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Jan 14, 2018

Where the Battle for Freedom Often Lies

Where the Battle for Freedom Often Lies

Passage: Galatians 1:10-24

Speaker: Patrick Lafferty

Series: Free, a study in the book of Galatians

*Due to unforeseen circumstances the sermon is not available to listen online this week. We apologize for the delay... Please check back soon for the sermon from this week.* Which do you find more compelling: a well-honed argument or a personal story through which a kind of case is made for a certain truth? Paul is out to make an argument to the churches of Galatia for just how free and freeing is the gospel in Jesus, but he does so in part by telling his own story’s encounter with the freedom that comes to us in Jesus. And though he is an ancient historical figure to us, the battlefields on which freedom is won or lost is just as true for us today. We’ll listen to his story, and the one God has told in Jesus, to reckon where our battles for freedom lie.
*Due to unforeseen circumstances the sermon is not available to listen online this week. We apologize for the delay... Please check back soon for the sermon from this week.*

Order of Worship

Call To Worship: Psalm 92:1-4
Reading(s):
Old Testament: Jeremiah 1:4-8
New Testament: Acts 9:1-9
Central Text: Galatians 1:10-24
Sermon Title: Where the Battle for Freedom Often Lies
Benediction: Acts 13:38-39a

01.14.18 Lyrics

01.14.18 Sermon Slides

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Up - New Adventure

Theme:

Which do you find more compelling: a well-honed argument or a personal story through which a kind of case is made for a certain truth? Paul is out to make an argument to the churches of Galatia for just how free and freeing is the gospel in Jesus, but he does so in part by telling his own story’s encounter with the freedom that comes to us in Jesus. And though he is an ancient historical figure to us, the battlefields on which freedom is won or lost is just as true for us today. We’ll listen to his story, and the one God has told in Jesus, to reckon where our battles for freedom lie.

Readings/Scripture

Call To Worship: Psalm 92:1-4
LEADER: It is good to give thanks to the LORD, to sing praises to your name, O Most High;
PEOPLE: to declare your steadfast love in the morning, and your faithfulness by night,
LEADER: to the music of the lute and the harp, to the melody of the lyre.
ALL: For you, O LORD, have made me glad by your work; at the works of your hands I sing for joy.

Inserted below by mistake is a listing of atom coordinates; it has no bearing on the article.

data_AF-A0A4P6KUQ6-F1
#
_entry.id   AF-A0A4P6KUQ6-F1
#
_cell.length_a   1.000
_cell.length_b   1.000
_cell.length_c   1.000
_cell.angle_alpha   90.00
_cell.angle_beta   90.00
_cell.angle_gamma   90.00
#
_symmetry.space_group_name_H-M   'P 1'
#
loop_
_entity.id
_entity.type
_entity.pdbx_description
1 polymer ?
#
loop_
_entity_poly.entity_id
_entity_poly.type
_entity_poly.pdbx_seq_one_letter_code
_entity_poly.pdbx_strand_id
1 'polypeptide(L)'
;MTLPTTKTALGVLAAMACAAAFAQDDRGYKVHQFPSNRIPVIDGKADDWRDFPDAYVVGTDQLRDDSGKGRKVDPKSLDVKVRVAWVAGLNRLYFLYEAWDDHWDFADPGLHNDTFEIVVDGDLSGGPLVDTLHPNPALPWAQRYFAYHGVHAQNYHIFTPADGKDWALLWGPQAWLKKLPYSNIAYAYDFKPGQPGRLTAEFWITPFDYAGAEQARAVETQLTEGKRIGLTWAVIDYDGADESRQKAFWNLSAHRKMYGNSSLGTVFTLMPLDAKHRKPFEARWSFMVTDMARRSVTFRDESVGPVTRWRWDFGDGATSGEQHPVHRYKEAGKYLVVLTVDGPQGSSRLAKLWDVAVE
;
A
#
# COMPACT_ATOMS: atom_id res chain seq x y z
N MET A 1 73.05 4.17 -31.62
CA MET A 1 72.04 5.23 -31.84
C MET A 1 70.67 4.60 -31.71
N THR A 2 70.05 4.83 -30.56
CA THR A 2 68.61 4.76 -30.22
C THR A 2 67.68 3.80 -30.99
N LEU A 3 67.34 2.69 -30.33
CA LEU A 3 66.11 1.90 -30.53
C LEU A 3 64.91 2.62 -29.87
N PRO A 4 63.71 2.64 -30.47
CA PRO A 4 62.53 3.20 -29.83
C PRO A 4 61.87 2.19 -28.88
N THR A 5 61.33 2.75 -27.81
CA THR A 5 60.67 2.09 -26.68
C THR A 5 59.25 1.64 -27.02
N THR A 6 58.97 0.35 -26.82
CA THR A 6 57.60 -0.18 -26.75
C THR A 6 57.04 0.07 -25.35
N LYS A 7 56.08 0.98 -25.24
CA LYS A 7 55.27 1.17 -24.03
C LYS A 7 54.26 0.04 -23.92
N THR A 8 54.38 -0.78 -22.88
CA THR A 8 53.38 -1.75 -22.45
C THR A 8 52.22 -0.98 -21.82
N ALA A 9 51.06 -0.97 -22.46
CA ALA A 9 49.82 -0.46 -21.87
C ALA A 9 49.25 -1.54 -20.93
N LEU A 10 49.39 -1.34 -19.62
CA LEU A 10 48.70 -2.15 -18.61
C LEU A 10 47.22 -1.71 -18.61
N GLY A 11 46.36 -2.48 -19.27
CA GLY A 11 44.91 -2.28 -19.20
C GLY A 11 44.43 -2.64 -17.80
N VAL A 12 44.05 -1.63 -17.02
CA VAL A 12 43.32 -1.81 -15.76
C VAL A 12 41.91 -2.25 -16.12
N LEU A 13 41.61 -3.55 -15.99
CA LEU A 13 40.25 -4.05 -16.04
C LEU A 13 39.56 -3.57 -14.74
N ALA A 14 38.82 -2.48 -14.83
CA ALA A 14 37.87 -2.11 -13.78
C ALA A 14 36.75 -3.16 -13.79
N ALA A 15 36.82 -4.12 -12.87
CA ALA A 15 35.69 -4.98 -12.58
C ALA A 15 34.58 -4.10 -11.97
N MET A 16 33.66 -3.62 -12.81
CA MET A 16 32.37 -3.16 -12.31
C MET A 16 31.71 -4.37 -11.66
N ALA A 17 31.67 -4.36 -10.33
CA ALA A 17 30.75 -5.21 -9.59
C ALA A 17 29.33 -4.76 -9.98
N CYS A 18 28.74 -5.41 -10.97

Reading(s):
Old Testament: Jeremiah 1:4-8
Now the word of the LORD came to me, saying, 5 “Before I formed you in the womb I knew you, and before you were born I consecrated you; I appointed you a prophet to the nations.”
6 Then I said, “Ah, Lord GOD! Behold, I do not know how to speak, for I am only a youth.” 7 But the LORD said to me, “Do not say, ‘I am only a youth’; for to all to whom I send you, you shall go, and whatever I command you, you shall speak. 8 Do not be afraid of them, for I am with you to deliver you, declares the LORD.”

New Testament: Acts 9:1-9
But Saul, still breathing threats and murder against the disciples of the Lord, went to the high priest 2 and asked him for letters to the synagogues at Damascus, so that if he found any belonging to the Way, men or women, he might bring them bound to Jerusalem. 3 Now as he went on his way, he approached Damascus, and suddenly a light from heaven shone around him. 4 And falling to the ground, he heard a voice saying to him, “Saul, Saul, why are you persecuting me?” 5 And he said, “Who are you, Lord?” And he said, “I am Jesus, whom you are persecuting. 6 But rise and enter the city, and you will be told what you are to do.” 7 The men who were traveling with him stood speechless, hearing the voice but seeing no one. 8 Saul rose from the ground, and although his eyes were opened, he saw nothing. So they led him by the hand and brought him into Damascus. 9 And for three days he was without sight, and neither ate nor drank.

Central Text: Galatians 1:10-24
10 For am I now seeking the approval of man, or of God? Or am I trying to please man? If I were still trying to please man, I would not be a servant of Christ.